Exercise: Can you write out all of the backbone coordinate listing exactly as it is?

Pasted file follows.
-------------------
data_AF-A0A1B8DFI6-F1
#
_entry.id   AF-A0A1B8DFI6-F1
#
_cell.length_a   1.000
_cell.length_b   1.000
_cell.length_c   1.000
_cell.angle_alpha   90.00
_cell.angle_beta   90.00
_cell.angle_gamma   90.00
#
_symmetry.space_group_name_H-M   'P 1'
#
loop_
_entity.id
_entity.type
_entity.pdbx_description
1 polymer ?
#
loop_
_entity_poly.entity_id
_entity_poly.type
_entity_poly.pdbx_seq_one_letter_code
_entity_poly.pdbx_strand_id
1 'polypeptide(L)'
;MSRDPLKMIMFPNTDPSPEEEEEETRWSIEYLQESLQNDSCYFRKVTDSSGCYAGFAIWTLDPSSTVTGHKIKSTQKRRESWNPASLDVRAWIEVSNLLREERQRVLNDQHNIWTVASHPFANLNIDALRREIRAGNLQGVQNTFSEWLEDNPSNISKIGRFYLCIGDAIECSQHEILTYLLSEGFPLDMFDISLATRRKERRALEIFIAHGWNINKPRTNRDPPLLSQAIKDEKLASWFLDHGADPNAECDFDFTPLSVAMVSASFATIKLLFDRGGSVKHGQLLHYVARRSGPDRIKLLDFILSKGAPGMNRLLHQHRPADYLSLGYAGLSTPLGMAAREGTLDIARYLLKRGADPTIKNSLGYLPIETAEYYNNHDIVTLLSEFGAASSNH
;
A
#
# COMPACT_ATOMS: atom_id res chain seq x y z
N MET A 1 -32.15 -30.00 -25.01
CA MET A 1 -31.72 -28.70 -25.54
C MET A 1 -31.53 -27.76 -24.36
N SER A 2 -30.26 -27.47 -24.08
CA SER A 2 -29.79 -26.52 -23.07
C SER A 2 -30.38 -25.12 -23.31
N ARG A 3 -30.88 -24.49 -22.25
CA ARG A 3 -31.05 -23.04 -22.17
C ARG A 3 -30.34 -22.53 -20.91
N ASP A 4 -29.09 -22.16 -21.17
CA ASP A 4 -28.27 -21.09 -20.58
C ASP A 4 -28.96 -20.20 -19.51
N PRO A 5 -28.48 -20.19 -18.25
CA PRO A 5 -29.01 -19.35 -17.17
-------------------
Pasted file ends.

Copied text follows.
data_AF-A0A1B8DFI6-F1
#
_entry.id   AF-A0A1B8DFI6-F1
#
_cell.length_a   1.000
_cell.length_b   1.000
_cell.length_c   1.000
_cell.angle_alpha   90.00
_cell.angle_beta   90.00
_cell.angle_gamma   90.00
#
_symmetry.space_group_name_H-M   'P 1'
#
loop_
_entity.id
_entity.type
_entity.pdbx_description
1 polymer ?
#
loop_
_entity_poly.entity_id
_entity_poly.type
_entity_poly.pdbx_seq_one_letter_code
_entity_poly.pdbx_strand_id
1 'polypeptide(L)'
;MSRDPLKMIMFPNTDPSPEEEEEETRWSIEYLQESLQNDSCYFRKVTDSSGCYAGFAIWTLDPSSTVTGHKIKSTQKRRESWNPASLDVRAWIEVSNLLREERQRVLNDQHNIWTVASHPFANLNIDALRREIRAGNLQGVQNTFSEWLEDNPSNISKIGRFYLCIGDAIECSQHEILTYLLSEGFPLDMFDISLATRRKERRALEIFIAHGWNINKPRTNRDPPLLSQAIKDEKLASWFLDHGADPNAECDFDFTPLSVAMVSASFATIKLLFDRGGSVKHGQLLHYVARRSGPDRIKLLDFILSKGAPGMNRLLHQHRPADYLSLGYAGLSTPLGMAAREGTLDIARYLLKRGADPTIKNSLGYLPIETAEYYNNHDIVTLLSEFGAASSNH
;
A
#
# COMPACT_ATOMS: atom_id res chain seq x y z
N MET A 1 -32.15 -30.00 -25.01
CA MET A 1 -31.72 -28.70 -25.54
C MET A 1 -31.53 -27.76 -24.36
N SER A 2 -30.26 -27.47 -24.08
CA SER A 2 -29.79 -26.52 -23.07
C SER A 2 -30.38 -25.12 -23.31
N ARG A 3 -30.88 -24.49 -22.25
CA ARG A 3 -31.05 -23.04 -22.17
C ARG A 3 -30.34 -22.53 -20.91
N ASP A 4 -29.09 -22.16 -21.17
CA ASP A 4 -28.27 -21.09 -20.58
C ASP A 4 -28.96 -20.20 -19.51
N PRO A 5 -28.48 -20.19 -18.25
CA PRO A 5 -29.01 -19.35 -17.17